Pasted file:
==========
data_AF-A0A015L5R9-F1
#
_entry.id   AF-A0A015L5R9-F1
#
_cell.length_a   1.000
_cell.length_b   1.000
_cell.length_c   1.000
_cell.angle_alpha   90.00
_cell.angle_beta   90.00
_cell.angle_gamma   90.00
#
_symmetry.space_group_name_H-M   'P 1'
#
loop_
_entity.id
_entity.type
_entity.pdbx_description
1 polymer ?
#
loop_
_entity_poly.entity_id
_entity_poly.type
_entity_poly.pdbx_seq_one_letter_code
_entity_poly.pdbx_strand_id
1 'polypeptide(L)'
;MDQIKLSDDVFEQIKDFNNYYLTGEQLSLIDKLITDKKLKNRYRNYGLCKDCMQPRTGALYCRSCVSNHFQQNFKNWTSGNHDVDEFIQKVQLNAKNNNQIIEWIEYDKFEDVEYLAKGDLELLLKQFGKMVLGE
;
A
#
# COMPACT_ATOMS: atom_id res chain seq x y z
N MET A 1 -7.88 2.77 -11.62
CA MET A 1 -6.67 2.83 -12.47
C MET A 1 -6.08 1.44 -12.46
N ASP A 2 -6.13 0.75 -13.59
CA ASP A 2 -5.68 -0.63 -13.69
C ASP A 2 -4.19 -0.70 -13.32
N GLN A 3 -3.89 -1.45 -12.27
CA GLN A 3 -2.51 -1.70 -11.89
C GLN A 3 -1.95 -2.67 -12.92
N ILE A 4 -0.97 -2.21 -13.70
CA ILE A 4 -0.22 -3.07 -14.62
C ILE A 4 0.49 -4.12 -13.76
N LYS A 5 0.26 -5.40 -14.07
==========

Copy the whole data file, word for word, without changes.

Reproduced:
data_AF-A0A015L5R9-F1
#
_entry.id   AF-A0A015L5R9-F1
#
_cell.length_a   1.000
_cell.length_b   1.000
_cell.length_c   1.000
_cell.angle_alpha   90.00
_cell.angle_beta   90.00
_cell.angle_gamma   90.00
#
_symmetry.space_group_name_H-M   'P 1'
#
loop_
_entity.id
_entity.type
_entity.pdbx_description
1 polymer ?
#
loop_
_entity_poly.entity_id
_entity_poly.type
_entity_poly.pdbx_seq_one_letter_code
_entity_poly.pdbx_strand_id
1 'polypeptide(L)'
;MDQIKLSDDVFEQIKDFNNYYLTGEQLSLIDKLITDKKLKNRYRNYGLCKDCMQPRTGALYCRSCVSNHFQQNFKNWTSGNHDVDEFIQKVQLNAKNNNQIIEWIEYDKFEDVEYLAKGDLELLLKQFGKMVLGE
;
A
#
# COMPACT_ATOMS: atom_id res chain seq x y z
N MET A 1 -7.88 2.77 -11.62
CA MET A 1 -6.67 2.83 -12.47
C MET A 1 -6.08 1.44 -12.46
N ASP A 2 -6.13 0.75 -13.59
CA ASP A 2 -5.68 -0.63 -13.69
C ASP A 2 -4.19 -0.70 -13.32
N GLN A 3 -3.89 -1.45 -12.27
CA GLN A 3 -2.51 -1.70 -11.89
C GLN A 3 -1.95 -2.67 -12.92
N ILE A 4 -0.97 -2.21 -13.70
CA ILE A 4 -0.22 -3.07 -14.62
C ILE A 4 0.49 -4.12 -13.76
N LYS A 5 0.26 -5.40 -14.07